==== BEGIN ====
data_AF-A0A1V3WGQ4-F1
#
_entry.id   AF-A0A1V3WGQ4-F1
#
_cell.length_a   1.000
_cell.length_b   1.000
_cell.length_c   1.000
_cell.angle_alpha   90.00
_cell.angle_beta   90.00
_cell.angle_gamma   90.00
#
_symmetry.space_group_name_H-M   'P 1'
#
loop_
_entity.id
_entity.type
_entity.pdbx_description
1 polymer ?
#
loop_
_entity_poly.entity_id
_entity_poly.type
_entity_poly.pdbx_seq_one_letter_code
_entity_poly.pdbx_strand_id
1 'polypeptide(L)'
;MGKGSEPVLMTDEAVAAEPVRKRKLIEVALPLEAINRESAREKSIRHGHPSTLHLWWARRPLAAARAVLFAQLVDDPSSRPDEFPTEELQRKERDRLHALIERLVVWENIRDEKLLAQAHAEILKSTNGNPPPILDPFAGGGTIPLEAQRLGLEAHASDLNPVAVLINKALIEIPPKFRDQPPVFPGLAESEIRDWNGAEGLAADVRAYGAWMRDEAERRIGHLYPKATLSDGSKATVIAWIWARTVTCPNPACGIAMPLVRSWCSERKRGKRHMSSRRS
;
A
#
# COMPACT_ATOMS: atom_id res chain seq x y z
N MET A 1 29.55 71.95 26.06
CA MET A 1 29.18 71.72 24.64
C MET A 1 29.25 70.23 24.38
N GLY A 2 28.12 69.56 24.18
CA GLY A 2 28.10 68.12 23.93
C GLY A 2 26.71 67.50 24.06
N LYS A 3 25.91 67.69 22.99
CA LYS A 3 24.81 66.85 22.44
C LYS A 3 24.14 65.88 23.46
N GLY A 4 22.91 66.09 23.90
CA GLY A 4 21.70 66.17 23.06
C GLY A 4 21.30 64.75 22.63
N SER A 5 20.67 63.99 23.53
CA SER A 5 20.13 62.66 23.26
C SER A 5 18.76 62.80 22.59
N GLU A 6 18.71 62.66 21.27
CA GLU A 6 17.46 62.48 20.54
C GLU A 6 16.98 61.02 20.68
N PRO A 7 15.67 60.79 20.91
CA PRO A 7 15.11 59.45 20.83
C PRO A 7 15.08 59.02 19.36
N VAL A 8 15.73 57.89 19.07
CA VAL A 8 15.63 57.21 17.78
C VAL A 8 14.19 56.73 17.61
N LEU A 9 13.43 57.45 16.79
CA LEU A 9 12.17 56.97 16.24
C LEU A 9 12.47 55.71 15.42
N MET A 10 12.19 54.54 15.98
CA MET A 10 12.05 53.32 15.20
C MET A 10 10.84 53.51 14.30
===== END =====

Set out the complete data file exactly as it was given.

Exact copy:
data_AF-A0A1V3WGQ4-F1
#
_entry.id   AF-A0A1V3WGQ4-F1
#
_cell.length_a   1.000
_cell.length_b   1.000
_cell.length_c   1.000
_cell.angle_alpha   90.00
_cell.angle_beta   90.00
_cell.angle_gamma   90.00
#
_symmetry.space_group_name_H-M   'P 1'
#
loop_
_entity.id
_entity.type
_entity.pdbx_description
1 polymer ?
#
loop_
_entity_poly.entity_id
_entity_poly.type
_entity_poly.pdbx_seq_one_letter_code
_entity_poly.pdbx_strand_id
1 'polypeptide(L)'
;MGKGSEPVLMTDEAVAAEPVRKRKLIEVALPLEAINRESAREKSIRHGHPSTLHLWWARRPLAAARAVLFAQLVDDPSSRPDEFPTEELQRKERDRLHALIERLVVWENIRDEKLLAQAHAEILKSTNGNPPPILDPFAGGGTIPLEAQRLGLEAHASDLNPVAVLINKALIEIPPKFRDQPPVFPGLAESEIRDWNGAEGLAADVRAYGAWMRDEAERRIGHLYPKATLSDGSKATVIAWIWARTVTCPNPACGIAMPLVRSWCSERKRGKRHMSSRRS
;
A
#
# COMPACT_ATOMS: atom_id res chain seq x y z
N MET A 1 29.55 71.95 26.06
CA MET A 1 29.18 71.72 24.64
C MET A 1 29.25 70.23 24.38
N GLY A 2 28.12 69.56 24.18
CA GLY A 2 28.10 68.12 23.93
C GLY A 2 26.71 67.50 24.06
N LYS A 3 25.91 67.69 22.99
CA LYS A 3 24.81 66.85 22.44
C LYS A 3 24.14 65.88 23.46
N GLY A 4 22.91 66.09 23.90
CA GLY A 4 21.70 66.17 23.06
C GLY A 4 21.30 64.75 22.63
N SER A 5 20.67 63.99 23.53
CA SER A 5 20.13 62.66 23.26
C SER A 5 18.76 62.80 22.59
N GLU A 6 18.71 62.66 21.27
CA GLU A 6 17.46 62.48 20.54
C GLU A 6 16.98 61.02 20.68
N PRO A 7 15.67 60.79 20.91
CA PRO A 7 15.11 59.45 20.83
C PRO A 7 15.08 59.02 19.36
N VAL A 8 15.73 57.89 19.07
CA VAL A 8 15.63 57.21 17.78
C VAL A 8 14.19 56.73 17.61
N LEU A 9 13.43 57.45 16.79
CA LEU A 9 12.17 56.97 16.24
C LEU A 9 12.47 55.71 15.42
N MET A 10 12.19 54.54 15.98
CA MET A 10 12.05 53.32 15.20
C MET A 10 10.84 53.51 14.30